Section 1272's prohibition against "sell(ing) at retail" merely sets forth one of several types of prohibited activities. Section 1272 also makes it unlawful to offer fireworks for sale or to expose fireworks for sale without the qualification that those transactions be at retail. There is no reason to permit wholesale transactions of fireworks within a state where retail sales are not allowed. The statutory language does not require that type of restrictive interpretation. There was, in the case at bar, no evidence that the fireworks were destined for states other than Pennsylvania. I was therefore correct in holding that 18 U.S.C. § 842(e) is applicable to the defendants because the sales of explosives violated Pennsylvania state law whether or not they were made at wholesale.
In their post-trial motions, defendants contend that my finding that a conspiracy existed between S & S, Spiezio and Ferrara was in error. They first claim that there was insufficient evidence to show that Ferrara conspired with the other defendants. They next argue that without Ferrara, there can be no conspiracy between the corporation and Spiezio, its principal operating officer, as a matter of law.
After careful consideration of defendants' arguments, I hold the evidence supports my finding that Ferrara participated in a conspiracy with Spiezio and S & S.
Since a conspiracy is necessarily covert, I am permitted to infer its existence based on the actions of alleged co-conspirators and on circumstantial evidence. Direct Sales Co. v. United States, 319 U.S. 703, 63 S. Ct. 1265, 87 L. Ed. 1674 (1943). Mere knowledge of an illegal act is not sufficient to sustain a conspiracy conviction. United States v. Grassi, 616 F.2d 1295 (5th Cir.), cert. denied, 449 U.S. 956, 101 S. Ct. 363, 66 L. Ed. 2d 220 (1980). However, the evidence showed that Ferrara knew of Spiezio's intention to distribute explosive materials illegally in Pennsylvania and later participated in such distribution. This constitutes the kind of evidence from which I correctly inferred an agreement between Ferrara, Spiezio and S & S.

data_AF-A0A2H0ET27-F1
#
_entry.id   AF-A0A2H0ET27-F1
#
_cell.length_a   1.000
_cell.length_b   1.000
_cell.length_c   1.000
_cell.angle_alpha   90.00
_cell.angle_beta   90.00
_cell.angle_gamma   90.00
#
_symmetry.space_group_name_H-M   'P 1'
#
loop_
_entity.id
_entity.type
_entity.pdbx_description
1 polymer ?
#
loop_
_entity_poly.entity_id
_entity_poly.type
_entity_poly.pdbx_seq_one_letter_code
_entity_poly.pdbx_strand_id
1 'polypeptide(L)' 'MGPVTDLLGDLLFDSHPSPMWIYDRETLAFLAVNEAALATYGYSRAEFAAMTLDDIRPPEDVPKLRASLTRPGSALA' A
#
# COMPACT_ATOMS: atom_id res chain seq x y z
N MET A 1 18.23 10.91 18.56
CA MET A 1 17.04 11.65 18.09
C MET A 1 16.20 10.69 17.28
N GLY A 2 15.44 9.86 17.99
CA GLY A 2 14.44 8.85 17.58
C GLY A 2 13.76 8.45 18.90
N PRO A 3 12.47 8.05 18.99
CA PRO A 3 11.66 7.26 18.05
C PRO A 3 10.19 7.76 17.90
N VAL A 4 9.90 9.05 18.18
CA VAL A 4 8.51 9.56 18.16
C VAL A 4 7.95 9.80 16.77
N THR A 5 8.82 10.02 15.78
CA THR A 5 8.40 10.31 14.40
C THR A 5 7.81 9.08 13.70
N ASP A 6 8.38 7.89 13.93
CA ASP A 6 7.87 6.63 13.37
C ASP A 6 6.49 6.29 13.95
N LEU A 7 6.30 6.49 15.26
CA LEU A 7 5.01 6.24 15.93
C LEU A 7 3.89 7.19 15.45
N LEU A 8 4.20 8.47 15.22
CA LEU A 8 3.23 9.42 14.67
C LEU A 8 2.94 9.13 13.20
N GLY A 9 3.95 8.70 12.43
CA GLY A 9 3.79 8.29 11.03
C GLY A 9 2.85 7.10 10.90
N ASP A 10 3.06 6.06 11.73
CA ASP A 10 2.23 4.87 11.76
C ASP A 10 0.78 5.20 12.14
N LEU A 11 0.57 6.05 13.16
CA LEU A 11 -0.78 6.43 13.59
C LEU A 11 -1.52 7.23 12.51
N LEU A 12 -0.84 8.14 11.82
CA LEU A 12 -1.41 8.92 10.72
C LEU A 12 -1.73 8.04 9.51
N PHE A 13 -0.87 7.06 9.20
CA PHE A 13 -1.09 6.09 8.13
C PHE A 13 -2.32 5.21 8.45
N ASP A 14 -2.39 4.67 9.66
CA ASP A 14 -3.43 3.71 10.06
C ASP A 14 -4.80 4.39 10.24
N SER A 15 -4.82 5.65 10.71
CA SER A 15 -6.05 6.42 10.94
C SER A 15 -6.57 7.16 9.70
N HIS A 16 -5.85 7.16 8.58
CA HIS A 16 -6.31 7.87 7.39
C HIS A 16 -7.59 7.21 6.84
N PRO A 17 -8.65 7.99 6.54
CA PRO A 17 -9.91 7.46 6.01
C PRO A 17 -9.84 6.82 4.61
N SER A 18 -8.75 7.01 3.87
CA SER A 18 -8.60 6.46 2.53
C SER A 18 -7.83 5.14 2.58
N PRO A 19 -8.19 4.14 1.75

United States v. Shoup, 608 F.2d 950 (3d Cir. 1979). I therefore need not reach the issue of whether there can be a conspiracy without Ferrara's participation.
VI. AIDING AND ABETTING
Spiezio contends that he cannot be convicted of aiding and abetting the substantive counts of the indictment. He claims that he cannot be convicted of aiding and abetting the very corporation for which he was acting as agent in committing the acts charged.
It is clear that Spiezio's lack of capacity to violate as a principal a statute aimed only at "licensed fireworks manufacturers," will not absolve him of aider and abettor liability. It is well settled that a person may be convicted as an aider and abettor of a crime which he lacks capacity to commit as principal. E. g., United States v. Lester, 363 F.2d 68 (6th Cir. 1966), cert. denied, 385 U.S. 1002, 87 S. Ct. 705, 17 L. Ed. 2d 542 (1967).
Spiezio further claims that the two distinct persons, the principal and the helper, required for aiding and abetting under 18 U.S.C. § 2 were not present in the instant case because the principal and the helper were in reality the same individual, Spiezio. This contention must be incorrect. Spiezio cannot have the benefit of a claim that he and the corporation were the same entity without accepting the burden of that claim. In these transactions, if Spiezio the person was in essence Spiezio the corporation, then Spiezio the person was the licensee and would be capable of violating the statute as a principal. The fact that I held the corporation, not Spiezio, to be the licensee means that in my judgment they are sufficiently distinct for one to aid and abet the other. This distinction is immaterial, however, because if Spiezio is deemed to be the corporation then he would be criminally responsible as the principal.
Allentown, Pa., February 23, 1981
Before HON. EDWARD N. CAHN, J.
HOWARD FINKELSTEIN, ESQ.
Assistant United States Attorney